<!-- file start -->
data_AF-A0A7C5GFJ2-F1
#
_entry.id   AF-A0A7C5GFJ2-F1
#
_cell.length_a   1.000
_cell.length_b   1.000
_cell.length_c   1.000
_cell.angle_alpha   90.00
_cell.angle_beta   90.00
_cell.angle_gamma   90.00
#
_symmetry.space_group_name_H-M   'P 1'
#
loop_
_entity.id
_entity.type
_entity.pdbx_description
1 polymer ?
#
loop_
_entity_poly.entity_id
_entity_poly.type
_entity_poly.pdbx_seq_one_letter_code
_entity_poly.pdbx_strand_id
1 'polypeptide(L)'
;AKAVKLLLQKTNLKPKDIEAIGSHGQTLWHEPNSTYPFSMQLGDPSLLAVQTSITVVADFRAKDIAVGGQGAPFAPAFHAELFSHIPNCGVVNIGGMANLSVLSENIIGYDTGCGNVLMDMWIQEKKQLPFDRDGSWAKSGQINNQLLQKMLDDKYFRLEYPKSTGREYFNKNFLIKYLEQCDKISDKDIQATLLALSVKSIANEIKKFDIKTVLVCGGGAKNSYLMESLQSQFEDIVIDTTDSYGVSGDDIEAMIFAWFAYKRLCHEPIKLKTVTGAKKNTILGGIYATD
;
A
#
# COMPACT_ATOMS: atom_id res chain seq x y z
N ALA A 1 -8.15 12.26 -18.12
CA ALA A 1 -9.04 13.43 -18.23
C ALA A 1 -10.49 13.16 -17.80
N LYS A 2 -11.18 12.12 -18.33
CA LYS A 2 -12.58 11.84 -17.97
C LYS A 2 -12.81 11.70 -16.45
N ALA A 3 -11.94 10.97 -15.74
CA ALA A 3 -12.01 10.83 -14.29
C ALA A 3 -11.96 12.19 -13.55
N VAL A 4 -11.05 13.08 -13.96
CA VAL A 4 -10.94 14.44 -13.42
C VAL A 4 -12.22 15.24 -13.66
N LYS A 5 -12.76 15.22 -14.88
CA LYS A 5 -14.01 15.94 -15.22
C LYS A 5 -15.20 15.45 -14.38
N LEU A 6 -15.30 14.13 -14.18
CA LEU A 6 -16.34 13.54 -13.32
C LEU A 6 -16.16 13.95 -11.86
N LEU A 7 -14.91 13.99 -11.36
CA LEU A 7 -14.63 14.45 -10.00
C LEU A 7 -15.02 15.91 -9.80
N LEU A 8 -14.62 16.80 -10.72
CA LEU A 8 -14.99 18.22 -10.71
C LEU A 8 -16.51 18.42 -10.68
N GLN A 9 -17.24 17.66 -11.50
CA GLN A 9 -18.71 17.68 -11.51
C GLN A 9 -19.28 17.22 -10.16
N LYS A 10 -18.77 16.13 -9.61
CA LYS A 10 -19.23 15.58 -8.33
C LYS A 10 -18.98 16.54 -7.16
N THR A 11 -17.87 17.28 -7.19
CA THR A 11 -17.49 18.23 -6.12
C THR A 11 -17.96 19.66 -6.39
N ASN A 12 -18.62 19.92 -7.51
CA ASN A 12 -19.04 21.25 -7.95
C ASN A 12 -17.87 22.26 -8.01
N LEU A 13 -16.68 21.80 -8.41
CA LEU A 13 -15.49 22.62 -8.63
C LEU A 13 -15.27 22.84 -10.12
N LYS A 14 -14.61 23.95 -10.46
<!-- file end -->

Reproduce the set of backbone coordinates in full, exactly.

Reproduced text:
data_AF-A0A7C5GFJ2-F1
#
_entry.id   AF-A0A7C5GFJ2-F1
#
_cell.length_a   1.000
_cell.length_b   1.000
_cell.length_c   1.000
_cell.angle_alpha   90.00
_cell.angle_beta   90.00
_cell.angle_gamma   90.00
#
_symmetry.space_group_name_H-M   'P 1'
#
loop_
_entity.id
_entity.type
_entity.pdbx_description
1 polymer ?
#
loop_
_entity_poly.entity_id
_entity_poly.type
_entity_poly.pdbx_seq_one_letter_code
_entity_poly.pdbx_strand_id
1 'polypeptide(L)'
;AKAVKLLLQKTNLKPKDIEAIGSHGQTLWHEPNSTYPFSMQLGDPSLLAVQTSITVVADFRAKDIAVGGQGAPFAPAFHAELFSHIPNCGVVNIGGMANLSVLSENIIGYDTGCGNVLMDMWIQEKKQLPFDRDGSWAKSGQINNQLLQKMLDDKYFRLEYPKSTGREYFNKNFLIKYLEQCDKISDKDIQATLLALSVKSIANEIKKFDIKTVLVCGGGAKNSYLMESLQSQFEDIVIDTTDSYGVSGDDIEAMIFAWFAYKRLCHEPIKLKTVTGAKKNTILGGIYATD
;
A
#
# COMPACT_ATOMS: atom_id res chain seq x y z
N ALA A 1 -8.15 12.26 -18.12
CA ALA A 1 -9.04 13.43 -18.23
C ALA A 1 -10.49 13.16 -17.80
N LYS A 2 -11.18 12.12 -18.33
CA LYS A 2 -12.58 11.84 -17.97
C LYS A 2 -12.81 11.70 -16.45
N ALA A 3 -11.94 10.97 -15.74
CA ALA A 3 -12.01 10.83 -14.29
C ALA A 3 -11.96 12.19 -13.55
N VAL A 4 -11.05 13.08 -13.96
CA VAL A 4 -10.94 14.44 -13.42
C VAL A 4 -12.22 15.24 -13.66
N LYS A 5 -12.76 15.22 -14.88
CA LYS A 5 -14.01 15.94 -15.22
C LYS A 5 -15.20 15.45 -14.38
N LEU A 6 -15.30 14.13 -14.18
CA LEU A 6 -16.34 13.54 -13.32
C LEU A 6 -16.16 13.95 -11.86
N LEU A 7 -14.91 13.99 -11.36
CA LEU A 7 -14.63 14.45 -10.00
C LEU A 7 -15.02 15.91 -9.80
N LEU A 8 -14.62 16.80 -10.72
CA LEU A 8 -14.99 18.22 -10.71
C LEU A 8 -16.51 18.42 -10.68
N GLN A 9 -17.24 17.66 -11.50
CA GLN A 9 -18.71 17.68 -11.51
C GLN A 9 -19.28 17.22 -10.16
N LYS A 10 -18.77 16.13 -9.61
CA LYS A 10 -19.23 15.58 -8.33
C LYS A 10 -18.98 16.54 -7.16
N THR A 11 -17.87 17.28 -7.19
CA THR A 11 -17.49 18.23 -6.12
C THR A 11 -17.96 19.66 -6.39
N ASN A 12 -18.62 19.92 -7.51
CA ASN A 12 -19.04 21.25 -7.95
C ASN A 12 -17.87 22.26 -8.01
N LEU A 13 -16.68 21.80 -8.41
CA LEU A 13 -15.49 22.62 -8.63
C LEU A 13 -15.27 22.84 -10.12
N LYS A 14 -14.61 23.95 -10.46